Forum on Small Press Publishing

Convened and edited by Jane Sprague


It came from an idea of access. How slim books by Amiri Baraka (then LeRoi Jones) and Samuel Beckett found our small hands before we knew what we held. How similar factors of randomness and chance seemed to also mark our travels through institutions of higher education and our adaptive strategies of self education. How the randomness led us to Maria Irene Fornes, Adrienne Kennedy, Kathy Acker and a little known play of hers called Birth of the Poet. How these same fractured meetings of randomness and chance opened up further, opened in a way that wanted to allow more in, always opening as some grand aperture but without the aperture’s rules of metal or tissue, without specific sites where the aperture might break down.

This Introduction to what follows is not intended as an allegorical aperture. It is intended as a gesture toward full disclosure or a gesture away from frustration, frustrations too obvious or easily summed up or dismissed as complaint, begrudging, bemoaning. A gesture away from pie charts of gross economics. Though the aperture and what funnels through it is capable of expansion in order to contain all of that. But more to the point, more to the way of writing something befitting a proper Introduction, it came from our inability to locate books without purchasing an advanced degree. We tried. Try as we might, we tried to force a kind of access, to tease wider openings from what we found, stumbling around in the world, working odd jobs, stumbling around in our reading. But something in us was stilted, stultified. Malcontent. Isolated. This then might be the exact frame of reference from which to begin.

We could not find the books that helped us understand our writing. We could not find, in popular culture marketplaces or dimly lit used bookstores, a kind of compass, a kind of something to recognize. Something to recognize and move on from. And so, we would invent.


What follows is a gathering of responses from several questions posted to the How2 website and sent to individuals whom we hoped might contribute their thoughts, answers and their own questions about small press publishing for the purpose of creating a true public Forum in the spirit of Juliana Spahr and Jena Osman’s Call for Work for their forthcoming pamphlet series Chain Links:

Think of these books as a conference panel for the page, a panel that is being held at an unusually interdisciplinary conference of leftists, environmentalists, inventors, freethinkers.

Think of this Forum as a kind of virtual panel, one which might be added to over time. Think of this Forum as a variation on the idea of aperture, a Forum which might continually expand, open and allow more in. Allow more fractured ruptures for other spaces of thinking to expand. Other ways of publishing to expand. Or as Elizabeth Robinson writes later on in this assemblage: motion leaking everywhere.

We had especially hoped to include information and reports from people not geographically located inside the United States. We are working on that. Please check back in the future to see what we may hear about small press publishing in Japan, Australia, Indonesia, Thailand, Viet Nam, parts of Europe, Mexico, and a variety of Elsewheres.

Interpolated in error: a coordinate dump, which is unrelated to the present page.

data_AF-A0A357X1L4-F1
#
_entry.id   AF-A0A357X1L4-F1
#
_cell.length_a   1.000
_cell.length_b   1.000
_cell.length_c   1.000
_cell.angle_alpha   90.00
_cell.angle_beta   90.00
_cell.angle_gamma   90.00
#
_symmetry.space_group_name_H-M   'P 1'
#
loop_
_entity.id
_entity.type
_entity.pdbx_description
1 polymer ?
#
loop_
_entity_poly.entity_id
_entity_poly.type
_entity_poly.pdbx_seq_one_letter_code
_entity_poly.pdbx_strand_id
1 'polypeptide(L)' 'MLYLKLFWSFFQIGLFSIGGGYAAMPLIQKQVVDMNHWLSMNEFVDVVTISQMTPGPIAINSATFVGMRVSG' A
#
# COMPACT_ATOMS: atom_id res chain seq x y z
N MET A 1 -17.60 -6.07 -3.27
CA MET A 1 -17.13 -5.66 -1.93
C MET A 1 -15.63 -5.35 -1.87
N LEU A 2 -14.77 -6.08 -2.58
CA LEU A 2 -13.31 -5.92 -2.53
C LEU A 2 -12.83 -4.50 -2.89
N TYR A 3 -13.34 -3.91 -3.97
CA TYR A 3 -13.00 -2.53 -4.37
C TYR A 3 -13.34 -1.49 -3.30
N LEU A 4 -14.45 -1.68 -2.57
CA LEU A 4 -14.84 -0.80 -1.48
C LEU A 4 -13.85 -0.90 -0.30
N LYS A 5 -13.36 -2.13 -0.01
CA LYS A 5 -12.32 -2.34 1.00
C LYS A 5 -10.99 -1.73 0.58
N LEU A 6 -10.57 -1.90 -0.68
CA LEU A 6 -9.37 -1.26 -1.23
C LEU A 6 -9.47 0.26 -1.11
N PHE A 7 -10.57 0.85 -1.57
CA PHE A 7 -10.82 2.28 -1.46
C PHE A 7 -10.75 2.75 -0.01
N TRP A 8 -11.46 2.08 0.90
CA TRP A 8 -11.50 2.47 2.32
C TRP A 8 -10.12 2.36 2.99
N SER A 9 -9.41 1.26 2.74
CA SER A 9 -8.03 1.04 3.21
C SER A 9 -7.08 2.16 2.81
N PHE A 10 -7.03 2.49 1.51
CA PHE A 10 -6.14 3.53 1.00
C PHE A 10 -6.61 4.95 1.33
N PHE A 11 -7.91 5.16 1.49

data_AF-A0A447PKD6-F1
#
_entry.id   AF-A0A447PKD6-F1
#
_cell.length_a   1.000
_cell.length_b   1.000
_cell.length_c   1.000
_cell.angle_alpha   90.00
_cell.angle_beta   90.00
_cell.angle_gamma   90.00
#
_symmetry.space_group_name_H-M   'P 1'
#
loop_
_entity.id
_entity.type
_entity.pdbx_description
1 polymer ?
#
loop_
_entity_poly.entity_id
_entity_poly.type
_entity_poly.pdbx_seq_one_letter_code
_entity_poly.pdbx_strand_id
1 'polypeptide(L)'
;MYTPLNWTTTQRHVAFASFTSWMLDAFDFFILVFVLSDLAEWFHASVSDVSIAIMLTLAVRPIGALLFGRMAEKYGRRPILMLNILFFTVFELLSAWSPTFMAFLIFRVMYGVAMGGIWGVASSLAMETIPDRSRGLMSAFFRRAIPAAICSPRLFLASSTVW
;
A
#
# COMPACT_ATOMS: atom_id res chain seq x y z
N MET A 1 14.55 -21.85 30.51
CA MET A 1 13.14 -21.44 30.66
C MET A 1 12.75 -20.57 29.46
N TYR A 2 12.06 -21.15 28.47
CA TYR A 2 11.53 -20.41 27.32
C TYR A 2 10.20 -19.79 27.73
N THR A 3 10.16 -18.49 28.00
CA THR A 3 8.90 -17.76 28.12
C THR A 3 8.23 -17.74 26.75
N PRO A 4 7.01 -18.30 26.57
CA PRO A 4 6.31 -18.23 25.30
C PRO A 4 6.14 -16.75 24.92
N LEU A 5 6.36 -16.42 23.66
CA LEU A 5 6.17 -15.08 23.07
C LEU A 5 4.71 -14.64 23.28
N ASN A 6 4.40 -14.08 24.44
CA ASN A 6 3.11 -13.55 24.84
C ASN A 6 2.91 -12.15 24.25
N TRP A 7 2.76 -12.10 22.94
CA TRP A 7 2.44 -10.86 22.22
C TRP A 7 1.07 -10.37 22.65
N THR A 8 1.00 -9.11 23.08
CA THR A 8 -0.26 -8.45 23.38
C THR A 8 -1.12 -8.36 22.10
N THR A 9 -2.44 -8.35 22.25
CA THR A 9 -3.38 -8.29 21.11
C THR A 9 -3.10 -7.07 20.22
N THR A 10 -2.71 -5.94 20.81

We realize that some of what we say is not necessarily ‘new,’ we realize that what we say is indebted to the writing and thinking of many other people too numerous to list in the space of our Introduction. Steve Evans’ work in articles published in The Poker as well as on his website, Third Factory; the book A Secret Location on the Lower East Side; E. Tracy Grinnell’s “die bene Aufgabe: An Editor’s Note” from the journal Aufgabe [2]; the writings of Cornel West (“The New Cultural Politics of Difference”) and Kristin Prevallet’s citation of West at the “Women in the Avant-Garde” conference in addition to Kaia Sand’s statement at that event has been extremely helpful to our thinking:

I chose the term "avant garde" over "experimental" because "avant-garde" implies the social side of the work. There are a lot of ways to pitch in with an avant-garde movement—this is an inclusive frame. So many artists have shown us that if you want to extend what's possible, you need to build the ground to walk on—and that's collective action. Such ground is established by chapbooks, readings, meetings ... If, on the other hand, one strives to be an author who works individually and is lauded and published by HarperCollins, one is striving, generally speaking, to gain acceptance from social elites who uphold established conventions. One simply succumbs.

Lyn Hejinian’s writing and thinking has also been especially important to us as we solicited and gathered responses to our questions:

I had come to realize that poetry exists not in isolation (alone on its lonely page) but in transit, as experience, in the social worlds of people. For poetry to exist, it has to be given meaning, and for meaning to develop there must be communities of people thinking about it. Publishing books as I did was a way of contributing to such a community—even a way of helping to invent it. Invention is essential to every aspect of a life of writing.